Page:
The answer isn’t in increasing skills, it’s in making the technology useable.

Traditional legacy systems are not only expensive to maintain, but they require a set of highly skilled professionals to extract and analyse the data. And this pool of individuals is getting smaller – new, young grads coming into the job market have geared their studies towards newer, cutting-edge technologies, wrongly assuming this is what most organisations are now looking towards.

How has the data analytics market evolved over the past few years?

We are entering an era where organisations are realising the value of the data they sit on. The likes of Spotify and Tesco’s Clubcard have shown the world how data can be used to create competitive advantage. This has forced others to question why they are not exploiting the data they have available to them – and how this can be done without the huge investment required by traditional big data projects.

It’s forced innovation in data technologies, which weren’t previously up to scratch. And – as we’ve seen across the IT sector – this innovation has taken place in the cloud. The likes of Amazon Web Services have moved data into the cloud to reduce costs, and now the same is happening with analytics tools.

This is not only making data much more accessible to smaller businesses, but is putting data in the hands of more individuals because employees can simply log on to a platform, access the insight and make a decision.

We have seen a lot of buzz around the launch of Microsoft Azure, how will this change the market?

It’s no surprise we saw a buzz around the launch of Azure given the size of Microsoft. What is interesting is that Microsoft has realised that there is a demand for a converged data architecture that incorporates data technologies and delivers it as a service.

Just using a visualisation tool is no longer enough; business users are looking for the control of obtaining, improving and managing the relevancy and quality of data required for effective decision-making. We expecting exciting innovations coming from Microsoft as they invest heavily in pushing the adoption of Azure in the market.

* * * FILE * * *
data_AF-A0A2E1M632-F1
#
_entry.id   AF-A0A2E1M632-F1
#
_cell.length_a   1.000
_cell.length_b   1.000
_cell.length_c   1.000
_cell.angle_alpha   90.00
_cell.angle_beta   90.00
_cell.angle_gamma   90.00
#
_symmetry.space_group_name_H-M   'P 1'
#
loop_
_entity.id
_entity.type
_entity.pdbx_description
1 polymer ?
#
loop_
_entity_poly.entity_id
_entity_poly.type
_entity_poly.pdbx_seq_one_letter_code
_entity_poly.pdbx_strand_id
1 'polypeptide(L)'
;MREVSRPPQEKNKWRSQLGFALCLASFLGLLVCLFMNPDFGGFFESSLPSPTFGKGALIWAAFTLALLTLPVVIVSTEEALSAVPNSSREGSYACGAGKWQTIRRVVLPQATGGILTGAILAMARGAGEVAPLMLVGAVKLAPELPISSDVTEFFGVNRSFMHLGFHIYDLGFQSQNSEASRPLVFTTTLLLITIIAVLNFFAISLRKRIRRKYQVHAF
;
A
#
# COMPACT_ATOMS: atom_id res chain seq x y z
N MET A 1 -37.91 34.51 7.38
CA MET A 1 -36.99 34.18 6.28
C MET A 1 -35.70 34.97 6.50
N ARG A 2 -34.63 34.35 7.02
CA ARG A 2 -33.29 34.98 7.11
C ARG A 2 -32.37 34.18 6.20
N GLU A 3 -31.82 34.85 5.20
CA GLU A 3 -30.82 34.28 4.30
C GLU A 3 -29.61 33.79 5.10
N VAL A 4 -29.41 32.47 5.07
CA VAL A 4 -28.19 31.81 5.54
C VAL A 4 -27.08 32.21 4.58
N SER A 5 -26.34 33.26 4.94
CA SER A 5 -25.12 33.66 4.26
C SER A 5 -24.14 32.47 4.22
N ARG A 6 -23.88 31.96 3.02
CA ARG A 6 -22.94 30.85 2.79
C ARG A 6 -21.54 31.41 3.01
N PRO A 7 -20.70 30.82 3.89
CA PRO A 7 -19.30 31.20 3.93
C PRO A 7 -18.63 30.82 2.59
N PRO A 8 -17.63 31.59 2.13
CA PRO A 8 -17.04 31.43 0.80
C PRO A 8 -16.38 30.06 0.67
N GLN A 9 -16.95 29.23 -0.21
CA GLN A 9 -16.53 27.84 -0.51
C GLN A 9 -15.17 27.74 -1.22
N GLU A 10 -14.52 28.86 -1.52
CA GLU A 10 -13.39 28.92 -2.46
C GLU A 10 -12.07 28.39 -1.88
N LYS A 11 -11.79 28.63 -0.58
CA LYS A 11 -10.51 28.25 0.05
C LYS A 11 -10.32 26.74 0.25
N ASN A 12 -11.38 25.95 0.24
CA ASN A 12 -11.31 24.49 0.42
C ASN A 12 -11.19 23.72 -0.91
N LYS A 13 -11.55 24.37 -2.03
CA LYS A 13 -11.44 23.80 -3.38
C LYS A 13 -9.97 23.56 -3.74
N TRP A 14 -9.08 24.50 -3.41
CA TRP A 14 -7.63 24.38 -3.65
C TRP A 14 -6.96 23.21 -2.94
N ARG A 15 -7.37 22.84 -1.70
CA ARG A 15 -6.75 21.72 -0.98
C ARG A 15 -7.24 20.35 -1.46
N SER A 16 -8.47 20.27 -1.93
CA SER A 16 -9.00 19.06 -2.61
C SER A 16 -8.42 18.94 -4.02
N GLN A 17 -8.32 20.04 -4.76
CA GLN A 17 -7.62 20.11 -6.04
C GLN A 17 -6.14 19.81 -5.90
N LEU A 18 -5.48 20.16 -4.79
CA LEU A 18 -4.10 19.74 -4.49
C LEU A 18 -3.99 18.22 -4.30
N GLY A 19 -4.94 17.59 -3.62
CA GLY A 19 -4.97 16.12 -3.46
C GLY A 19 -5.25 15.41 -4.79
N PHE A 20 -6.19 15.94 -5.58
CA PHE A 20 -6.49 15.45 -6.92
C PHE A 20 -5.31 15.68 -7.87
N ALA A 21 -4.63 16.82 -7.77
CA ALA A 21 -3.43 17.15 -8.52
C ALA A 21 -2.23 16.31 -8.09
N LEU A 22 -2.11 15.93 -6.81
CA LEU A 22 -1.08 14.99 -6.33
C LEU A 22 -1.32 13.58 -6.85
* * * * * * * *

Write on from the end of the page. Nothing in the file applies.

Why is Rosslyn Analytics different, what does it offer?

Rosslyn Analytics is a platform-based analytics company with a difference. Rather than providing a few data scientists with the tools to extract, analyse and derive insight from an enterprise’s data, Rosslyn Analytics’ cloud platform allows anyone in a business to embrace the data revolution, offering the ability to quickly collect, transform and manage information across all data sources and make it universally accessible across the business in minutes, not months.

It is the only analytics company to offer a complete, end to end analytics program on a single platform. RAPid – Rosslyn Analytics' Big Data Cloud Analytics Platform – allows users to integrate, cleanse, enrich, analyse and visualise all on a single platform.

This not only reduces the time taken to see results, but makes it far easier to use in a collaboratively environment for business and IT users.

What tips would you give to businesses that are struggling to get the most out of data analytics?

All businesses, regardless of size, need to carefully consider the overall strategy and what they want to achieve before moving forward.

This should then determine the technology, not the other way round. Only then can steps be taken – starting with simple projects before moving to more complex analysis of data.

Image credit: Shutterstock/Sergey Nivens